Wednesday, May 28, 2014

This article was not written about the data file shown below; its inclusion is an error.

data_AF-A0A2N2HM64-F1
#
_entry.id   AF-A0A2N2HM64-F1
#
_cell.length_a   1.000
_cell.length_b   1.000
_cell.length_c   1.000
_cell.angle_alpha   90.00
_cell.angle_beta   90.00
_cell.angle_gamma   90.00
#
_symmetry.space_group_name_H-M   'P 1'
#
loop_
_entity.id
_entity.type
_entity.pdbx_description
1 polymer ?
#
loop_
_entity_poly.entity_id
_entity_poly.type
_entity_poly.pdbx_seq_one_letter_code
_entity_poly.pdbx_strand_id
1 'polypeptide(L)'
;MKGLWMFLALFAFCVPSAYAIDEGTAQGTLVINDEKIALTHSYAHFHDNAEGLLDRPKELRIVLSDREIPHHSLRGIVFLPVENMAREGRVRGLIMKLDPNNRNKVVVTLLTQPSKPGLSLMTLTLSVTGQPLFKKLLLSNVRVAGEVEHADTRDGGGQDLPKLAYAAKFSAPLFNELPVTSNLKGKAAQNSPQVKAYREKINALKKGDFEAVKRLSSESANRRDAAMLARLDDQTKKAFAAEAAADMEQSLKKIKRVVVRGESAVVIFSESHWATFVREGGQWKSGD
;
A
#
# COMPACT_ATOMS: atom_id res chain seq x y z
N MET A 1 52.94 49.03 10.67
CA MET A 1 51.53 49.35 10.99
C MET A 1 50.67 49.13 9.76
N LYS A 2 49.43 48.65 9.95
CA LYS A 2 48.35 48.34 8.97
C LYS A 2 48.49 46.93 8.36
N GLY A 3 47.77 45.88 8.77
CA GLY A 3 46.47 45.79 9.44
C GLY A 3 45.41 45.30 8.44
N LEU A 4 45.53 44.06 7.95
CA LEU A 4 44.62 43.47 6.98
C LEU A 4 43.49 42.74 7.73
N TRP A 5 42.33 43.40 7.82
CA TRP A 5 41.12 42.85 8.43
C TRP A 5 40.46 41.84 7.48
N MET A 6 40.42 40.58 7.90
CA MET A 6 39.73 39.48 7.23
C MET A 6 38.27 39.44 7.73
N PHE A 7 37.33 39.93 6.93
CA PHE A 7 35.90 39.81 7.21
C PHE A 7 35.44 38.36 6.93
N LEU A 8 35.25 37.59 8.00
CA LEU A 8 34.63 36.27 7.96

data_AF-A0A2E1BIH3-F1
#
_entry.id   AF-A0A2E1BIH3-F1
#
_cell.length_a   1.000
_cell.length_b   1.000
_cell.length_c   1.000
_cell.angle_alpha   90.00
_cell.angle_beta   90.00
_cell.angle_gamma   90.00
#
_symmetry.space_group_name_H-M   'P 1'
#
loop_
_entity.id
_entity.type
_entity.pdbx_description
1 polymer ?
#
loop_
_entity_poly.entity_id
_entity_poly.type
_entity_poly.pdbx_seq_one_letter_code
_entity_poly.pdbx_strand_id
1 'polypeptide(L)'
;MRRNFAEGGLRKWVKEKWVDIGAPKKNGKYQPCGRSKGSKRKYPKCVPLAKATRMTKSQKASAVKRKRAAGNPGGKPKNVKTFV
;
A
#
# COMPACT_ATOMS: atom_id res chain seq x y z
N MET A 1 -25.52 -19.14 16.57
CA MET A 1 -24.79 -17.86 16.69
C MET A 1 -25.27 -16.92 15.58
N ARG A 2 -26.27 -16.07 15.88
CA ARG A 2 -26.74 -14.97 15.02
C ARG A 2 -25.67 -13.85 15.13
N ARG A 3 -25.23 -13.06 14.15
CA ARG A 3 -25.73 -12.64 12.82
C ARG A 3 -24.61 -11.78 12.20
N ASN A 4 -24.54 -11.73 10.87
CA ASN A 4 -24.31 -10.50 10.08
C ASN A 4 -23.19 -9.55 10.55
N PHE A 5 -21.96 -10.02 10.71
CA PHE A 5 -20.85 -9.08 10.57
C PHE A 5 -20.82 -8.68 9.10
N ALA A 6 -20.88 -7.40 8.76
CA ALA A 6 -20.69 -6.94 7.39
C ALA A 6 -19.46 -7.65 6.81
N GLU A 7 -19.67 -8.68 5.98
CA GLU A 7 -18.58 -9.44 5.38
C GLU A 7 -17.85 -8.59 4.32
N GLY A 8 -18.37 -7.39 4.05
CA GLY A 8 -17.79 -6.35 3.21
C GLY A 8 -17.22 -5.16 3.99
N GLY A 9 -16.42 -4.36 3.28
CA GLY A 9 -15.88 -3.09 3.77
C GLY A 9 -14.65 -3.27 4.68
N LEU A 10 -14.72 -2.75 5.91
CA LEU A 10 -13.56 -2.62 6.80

In a 5-4 decision, the United States Supreme Court has just given Freddie Lee Hall another chance to live. With an IQ of 71, Mr. Hall was sentenced to death row in 1978 for the kidnap, beating, rape, and murder of a 21-year-old pregnant newlywed. Shortly after this murder, Mr. Hall and his co-defendant also killed a sheriff’s deputy. In 2002, the Supreme Court held that the execution of individuals with intellectual disabilities violates the protections of the Eighth and Fourteenth Amendments to the Constitution. Atkins v. Virginia, 536 U. S. 304, 321 (2002). Based on this decision, Mr. Hall appealed his conviction. The Florida Supreme Court affirmed his conviction holding that Mr. Hall’s 71 IQ was above the threshold mark of 70 and Mr. Hall was therefore not intellectually disabled. Now, in an opinion authored by Justice Kennedy, the U.S. Supreme Court has declared that use of such a rigid measure does not preserve the value of human dignity, and it “creates an unacceptable risk that persons with intellectual disability will be executed, and thus [it] is unconstitutional.” Hall v. Florida, 572 U. S. ____ (2014).